It’s an interesting time in the controls and mechanical engineering spaces. Salary, benefits, and stock options for management-level engineers are significant enough to make recruitment more challenging than usual. The best potential candidates may be happy where they are, or if they’re looking for a new situation, may be able to pick and choose where they want to work. Your recruitment strategy for high-level engineering talent requires finesse, and an awful lot of elbow grease, to give someone a reason to accept a position or make a switch.
More Than Just Salary
The most difficult thing about recruiting high-level engineers is making sure that the client can offer a better arrangement than what the best prospects currently have. A $10,000 raise to a person’s base pay will not move them, because it’s very likely they’re already well-compensated and have a vested financial interest, such as stock options, in the company they work for.
Having clarity about the role allows you to seek out candidates who best fit a client’s hiring criteria. First, you should work closely with the client to get a detailed understanding of what their needs and wants are, as well as what they may offer high-level engineering talent. This information helps you build a solid outline, that you can reference as you begin approaching people.
Best Practices for LinkedIn
When it comes to finding the right kind of candidates, LinkedIn can be a recruiter’s best friend. The site provides many search and filter options. From a recruitment perspective, it’s best to focus on keywords, that reveal areas of expertise that are specific to the role. You can get a good first round of potential candidates from the initial search. From that information, break it down further, by diving into special skillsets, subsets, and certifications, that would differentiate candidates from the pack.
Since a major change in employment is not just about salary and benefits, take a holistic look at the prospect. A LinkedIn profile reveals a good deal more than employment history. Find out what interests they have beyond the job, i.e., their involvement with charitable causes, volunteer commitments, or memberships to different organizations. It could be a game-changer during future conversations, especially if your client has a history with any of the candidate’s non-work-related pursuits.
Once you’ve created a solid list, send the prospect a message via LinkedIn. A seasoned recruiter will always provide a few salient tidbits about the company or position here as well. But as a best practice, be careful not to disclose too much information with your initial contact. Keep it high level and include any enticing details such as opportunities for significant growth like a job title change, greater management responsibilities, or a larger team to lead.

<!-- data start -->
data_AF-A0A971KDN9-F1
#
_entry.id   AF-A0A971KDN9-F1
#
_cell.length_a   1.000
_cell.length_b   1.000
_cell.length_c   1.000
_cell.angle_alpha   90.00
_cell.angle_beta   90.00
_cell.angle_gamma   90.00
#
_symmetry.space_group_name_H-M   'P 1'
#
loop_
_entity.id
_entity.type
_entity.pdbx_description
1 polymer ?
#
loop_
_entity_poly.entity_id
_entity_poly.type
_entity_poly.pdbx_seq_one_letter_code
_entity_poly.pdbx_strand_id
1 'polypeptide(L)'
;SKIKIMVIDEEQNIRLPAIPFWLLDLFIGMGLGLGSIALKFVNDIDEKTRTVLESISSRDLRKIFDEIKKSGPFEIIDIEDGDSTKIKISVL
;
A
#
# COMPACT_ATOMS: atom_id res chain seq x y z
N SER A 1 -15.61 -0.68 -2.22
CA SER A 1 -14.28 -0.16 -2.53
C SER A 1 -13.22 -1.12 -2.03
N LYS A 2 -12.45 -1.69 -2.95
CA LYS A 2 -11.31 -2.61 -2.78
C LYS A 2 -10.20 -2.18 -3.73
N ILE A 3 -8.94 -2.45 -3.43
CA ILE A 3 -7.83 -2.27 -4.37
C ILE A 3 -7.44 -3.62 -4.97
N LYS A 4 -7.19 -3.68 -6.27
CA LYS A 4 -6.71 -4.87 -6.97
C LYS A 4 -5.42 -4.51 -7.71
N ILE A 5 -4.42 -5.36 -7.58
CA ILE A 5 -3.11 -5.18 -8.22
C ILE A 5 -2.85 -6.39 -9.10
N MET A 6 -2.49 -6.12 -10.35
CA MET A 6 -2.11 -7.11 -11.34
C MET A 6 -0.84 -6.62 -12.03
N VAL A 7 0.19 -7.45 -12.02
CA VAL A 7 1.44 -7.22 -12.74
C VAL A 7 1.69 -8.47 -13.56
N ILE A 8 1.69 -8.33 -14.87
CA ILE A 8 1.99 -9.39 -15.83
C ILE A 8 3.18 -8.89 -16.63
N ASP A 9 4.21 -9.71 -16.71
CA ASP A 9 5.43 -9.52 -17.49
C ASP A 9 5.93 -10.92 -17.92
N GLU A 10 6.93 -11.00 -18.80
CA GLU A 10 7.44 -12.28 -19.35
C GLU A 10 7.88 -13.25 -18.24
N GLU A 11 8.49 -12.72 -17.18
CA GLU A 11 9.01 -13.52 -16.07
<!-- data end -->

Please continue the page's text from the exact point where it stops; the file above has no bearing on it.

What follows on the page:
When there’s a positive response, let them know that you’ll call at their convenience, and request a few time periods that they’d be available to talk freely. Treat your new contacts the same way you treat your clients. Be respectful of their time because none of us has enough of it. Then confirm the time with them, initiate the call, and make sure they have all of your contact information.
During the conversation, it’s crucial that you’re not only transparent in your pitch, but that you provide substantive reasons why a move could be in their best interest. Find out about their current projects and responsibilities. Salary and other benefits should be open for discussion as well.
Make sure the story you tell about your client is a good one. The research you’ve done at the beginning of the process should give you that edge, and the narrative must be clear and on point. High-level engineering talent may already know how your client is perceived in the industry. They might even know the kinds of projects they have in the pipeline, but you should always know more about the client and their business than anyone you’re speaking with. Know the details of why your client’s company is a better place to work, or a better cultural fit.
If you move forward from the phone call, then send the candidate’s resume to the client, along with a thorough write-up of who they are, and why they’d be a good fit. From this point on, the process is fairly standard, and includes rounds of interviews, and dialogue about compensation and perks.
Stay in Touch Even if Doesn’t Work Out
For high-level engineering talent who show interest, but choose to not move forward, stay in touch. We’re in the business of making matches, so it’s important to keep those relationships alive. The perfect opportunity could happen at any time. In a month or two, or in six months or more, that very skilled engineer whose interest was peaked, may be ready to make a leap to another company.
Photo Credit: Canva